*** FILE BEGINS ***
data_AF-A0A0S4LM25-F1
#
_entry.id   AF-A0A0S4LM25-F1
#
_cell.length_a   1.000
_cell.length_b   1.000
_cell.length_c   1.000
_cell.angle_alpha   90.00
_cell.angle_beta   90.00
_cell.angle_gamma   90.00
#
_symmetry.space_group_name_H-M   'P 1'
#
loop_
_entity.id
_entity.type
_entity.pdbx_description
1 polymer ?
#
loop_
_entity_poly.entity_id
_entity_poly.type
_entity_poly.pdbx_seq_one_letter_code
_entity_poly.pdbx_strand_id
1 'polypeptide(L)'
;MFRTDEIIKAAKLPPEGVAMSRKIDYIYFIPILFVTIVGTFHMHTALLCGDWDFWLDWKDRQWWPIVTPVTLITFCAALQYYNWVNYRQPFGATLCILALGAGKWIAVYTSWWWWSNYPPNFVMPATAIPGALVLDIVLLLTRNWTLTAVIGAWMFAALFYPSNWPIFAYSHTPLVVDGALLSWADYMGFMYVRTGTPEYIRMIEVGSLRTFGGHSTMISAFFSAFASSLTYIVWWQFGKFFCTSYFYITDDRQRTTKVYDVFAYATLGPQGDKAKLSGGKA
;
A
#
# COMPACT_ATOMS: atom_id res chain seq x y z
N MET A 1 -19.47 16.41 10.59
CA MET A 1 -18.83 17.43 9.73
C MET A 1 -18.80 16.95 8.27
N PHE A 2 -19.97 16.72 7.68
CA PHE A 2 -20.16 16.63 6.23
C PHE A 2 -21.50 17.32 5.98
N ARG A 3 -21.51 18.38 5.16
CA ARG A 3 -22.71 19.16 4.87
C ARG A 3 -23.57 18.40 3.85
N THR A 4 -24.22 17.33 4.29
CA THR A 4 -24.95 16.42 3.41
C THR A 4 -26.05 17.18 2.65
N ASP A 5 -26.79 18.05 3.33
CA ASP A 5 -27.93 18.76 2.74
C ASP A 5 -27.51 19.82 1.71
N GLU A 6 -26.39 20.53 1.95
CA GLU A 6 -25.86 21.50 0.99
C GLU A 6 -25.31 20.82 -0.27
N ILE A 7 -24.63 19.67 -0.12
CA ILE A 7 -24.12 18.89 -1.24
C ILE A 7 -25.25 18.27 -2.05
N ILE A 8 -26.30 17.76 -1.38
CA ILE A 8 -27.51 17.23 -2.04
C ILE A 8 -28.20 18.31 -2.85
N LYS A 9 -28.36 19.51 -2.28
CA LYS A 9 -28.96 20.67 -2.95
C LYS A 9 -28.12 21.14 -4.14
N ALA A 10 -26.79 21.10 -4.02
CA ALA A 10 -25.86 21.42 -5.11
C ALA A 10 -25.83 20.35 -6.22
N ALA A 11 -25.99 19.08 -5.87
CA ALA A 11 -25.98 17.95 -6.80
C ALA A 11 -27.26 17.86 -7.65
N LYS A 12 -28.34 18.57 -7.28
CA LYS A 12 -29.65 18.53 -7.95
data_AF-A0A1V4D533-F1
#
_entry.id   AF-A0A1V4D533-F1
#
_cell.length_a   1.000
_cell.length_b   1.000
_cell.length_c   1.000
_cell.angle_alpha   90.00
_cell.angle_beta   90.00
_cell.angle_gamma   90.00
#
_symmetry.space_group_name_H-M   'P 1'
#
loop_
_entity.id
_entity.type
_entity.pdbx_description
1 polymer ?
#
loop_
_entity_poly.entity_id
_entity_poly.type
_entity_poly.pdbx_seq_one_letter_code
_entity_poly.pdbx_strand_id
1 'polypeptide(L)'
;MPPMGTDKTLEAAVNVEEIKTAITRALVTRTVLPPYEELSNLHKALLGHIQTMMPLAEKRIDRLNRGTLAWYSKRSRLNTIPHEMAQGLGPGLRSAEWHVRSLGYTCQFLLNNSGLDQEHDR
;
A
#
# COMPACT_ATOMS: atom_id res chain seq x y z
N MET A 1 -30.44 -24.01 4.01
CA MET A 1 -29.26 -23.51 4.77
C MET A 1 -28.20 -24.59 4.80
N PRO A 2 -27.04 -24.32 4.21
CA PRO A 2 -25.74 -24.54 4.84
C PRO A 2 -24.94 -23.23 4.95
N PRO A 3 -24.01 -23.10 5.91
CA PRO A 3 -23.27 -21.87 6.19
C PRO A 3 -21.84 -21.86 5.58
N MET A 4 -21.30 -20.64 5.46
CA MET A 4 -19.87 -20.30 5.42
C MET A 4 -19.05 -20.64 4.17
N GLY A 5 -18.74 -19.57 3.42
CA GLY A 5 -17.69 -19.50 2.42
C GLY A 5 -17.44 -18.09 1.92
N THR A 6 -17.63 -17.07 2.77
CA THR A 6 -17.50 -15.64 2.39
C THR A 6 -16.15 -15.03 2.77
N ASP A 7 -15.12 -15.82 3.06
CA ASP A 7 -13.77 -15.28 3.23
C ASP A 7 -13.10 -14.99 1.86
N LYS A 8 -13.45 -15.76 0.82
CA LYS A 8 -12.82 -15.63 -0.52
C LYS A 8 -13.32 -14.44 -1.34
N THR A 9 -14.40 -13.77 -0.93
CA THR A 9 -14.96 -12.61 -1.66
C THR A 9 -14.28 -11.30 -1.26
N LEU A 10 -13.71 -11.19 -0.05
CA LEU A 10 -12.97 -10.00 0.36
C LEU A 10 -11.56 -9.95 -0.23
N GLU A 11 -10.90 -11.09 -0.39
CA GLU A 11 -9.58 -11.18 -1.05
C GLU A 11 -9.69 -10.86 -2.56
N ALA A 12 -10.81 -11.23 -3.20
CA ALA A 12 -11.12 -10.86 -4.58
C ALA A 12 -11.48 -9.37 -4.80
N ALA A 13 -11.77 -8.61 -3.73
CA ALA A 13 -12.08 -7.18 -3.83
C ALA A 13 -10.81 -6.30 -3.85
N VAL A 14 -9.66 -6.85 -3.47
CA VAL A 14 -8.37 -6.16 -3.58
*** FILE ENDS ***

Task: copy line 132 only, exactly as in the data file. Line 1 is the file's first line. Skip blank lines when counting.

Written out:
N ALA A 13 -11.77 -8.61 -3.73